NARRATOR: Bashaw, was the favourite dog of the Earl of Dudley, the Earl died before the sculpture you see here was finished. Matthew Cotes Wyatt, the sculptor, wrote to the executors of Dudley's estate explaining how involved the Earl had been with the commission … ..
WYATT: The … model was entirely approved of by his Lordship, who was pleased to compliment me on its fidelity to nature exclaiming 'there you stand Bash, in the flesh'.
NARRATOR: Wyatt never did get paid by the estate but instead exhibited Bashaw in 1834 to great acclaim by public and press.
LONDON LITERARY GAZETTE: The most elaborate representation of a quadruped ever produced by ancient or modern art… . its characteristic effect is strikingly natural, as… even the minutest mark is closely copied… . the eyes composed of gems, are imitated with that exactness that gives the mimic animal the intelligence of actual life.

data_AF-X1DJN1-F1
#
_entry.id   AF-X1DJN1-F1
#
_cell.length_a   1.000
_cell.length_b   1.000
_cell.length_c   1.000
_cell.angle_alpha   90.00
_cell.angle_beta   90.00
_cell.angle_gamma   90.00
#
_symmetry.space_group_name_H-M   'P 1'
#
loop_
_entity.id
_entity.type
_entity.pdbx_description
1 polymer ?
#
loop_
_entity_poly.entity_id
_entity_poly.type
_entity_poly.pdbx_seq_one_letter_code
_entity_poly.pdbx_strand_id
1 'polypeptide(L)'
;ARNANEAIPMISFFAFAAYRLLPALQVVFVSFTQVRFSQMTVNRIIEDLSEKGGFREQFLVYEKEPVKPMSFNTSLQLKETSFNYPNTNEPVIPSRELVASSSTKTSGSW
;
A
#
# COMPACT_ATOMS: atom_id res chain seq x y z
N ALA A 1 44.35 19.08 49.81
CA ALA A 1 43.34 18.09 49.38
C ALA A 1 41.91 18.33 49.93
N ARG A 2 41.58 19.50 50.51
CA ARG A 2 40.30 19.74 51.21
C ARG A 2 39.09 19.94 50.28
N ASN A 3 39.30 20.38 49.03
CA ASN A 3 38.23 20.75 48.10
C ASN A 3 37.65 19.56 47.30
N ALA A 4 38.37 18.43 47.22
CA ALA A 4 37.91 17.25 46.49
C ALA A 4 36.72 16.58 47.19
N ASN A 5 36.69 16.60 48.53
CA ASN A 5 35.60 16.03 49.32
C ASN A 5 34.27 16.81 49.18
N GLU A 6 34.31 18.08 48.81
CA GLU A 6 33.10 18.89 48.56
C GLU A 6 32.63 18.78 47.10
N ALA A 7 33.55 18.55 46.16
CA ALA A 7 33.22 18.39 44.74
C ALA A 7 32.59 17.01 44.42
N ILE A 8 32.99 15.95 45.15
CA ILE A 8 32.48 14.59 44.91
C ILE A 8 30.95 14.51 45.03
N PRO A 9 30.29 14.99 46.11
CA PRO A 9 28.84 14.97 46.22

NARRATOR: Not everyone agreed. The art critic John Ruskin saw the sculpture in 1871. He thought it… .
RUSKIN: The most perfectly and roundly ill-done thing which as yet in my whole life I ever saw produced in art… . It showed that the persons who produced it had seen everything, and practiced everything; and misunderstood everything they saw, and misapplied everything they did.
NARRATOR: The great debate fuelled Bashaw's popularity. Poet James Bird came down firmly in favour… ..
BIRD: Most noble creature of a noble race! Pugnacious Prince of Newfoundland breed! There dwells a surly grandeur in your face, of which 'tis well to take especial heed. There starts a stern and care-for-nothing grace. From your keen eye like lightning in its speed and he who looks upon you scarce can fail, to fancy that he sees you wag your tail.